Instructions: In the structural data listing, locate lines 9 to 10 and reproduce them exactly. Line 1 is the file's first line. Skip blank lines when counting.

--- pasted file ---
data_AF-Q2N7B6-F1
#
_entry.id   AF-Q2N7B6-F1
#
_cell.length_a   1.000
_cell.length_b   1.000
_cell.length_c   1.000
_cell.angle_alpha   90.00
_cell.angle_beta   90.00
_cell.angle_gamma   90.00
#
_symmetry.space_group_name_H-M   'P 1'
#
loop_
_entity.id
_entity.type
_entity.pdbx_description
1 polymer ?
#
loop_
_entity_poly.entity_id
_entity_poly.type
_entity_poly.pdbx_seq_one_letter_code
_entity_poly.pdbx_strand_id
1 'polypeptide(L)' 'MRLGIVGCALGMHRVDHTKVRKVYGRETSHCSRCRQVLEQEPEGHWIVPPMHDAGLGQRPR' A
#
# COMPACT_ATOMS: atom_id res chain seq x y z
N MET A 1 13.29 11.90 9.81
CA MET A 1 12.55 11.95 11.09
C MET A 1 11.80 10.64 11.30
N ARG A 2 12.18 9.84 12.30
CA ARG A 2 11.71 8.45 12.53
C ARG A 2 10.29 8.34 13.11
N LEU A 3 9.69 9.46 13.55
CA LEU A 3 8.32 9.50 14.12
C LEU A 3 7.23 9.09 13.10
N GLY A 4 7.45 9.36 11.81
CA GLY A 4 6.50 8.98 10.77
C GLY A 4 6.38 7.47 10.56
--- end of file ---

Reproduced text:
_cell.angle_beta   90.00
_cell.angle_gamma   90.00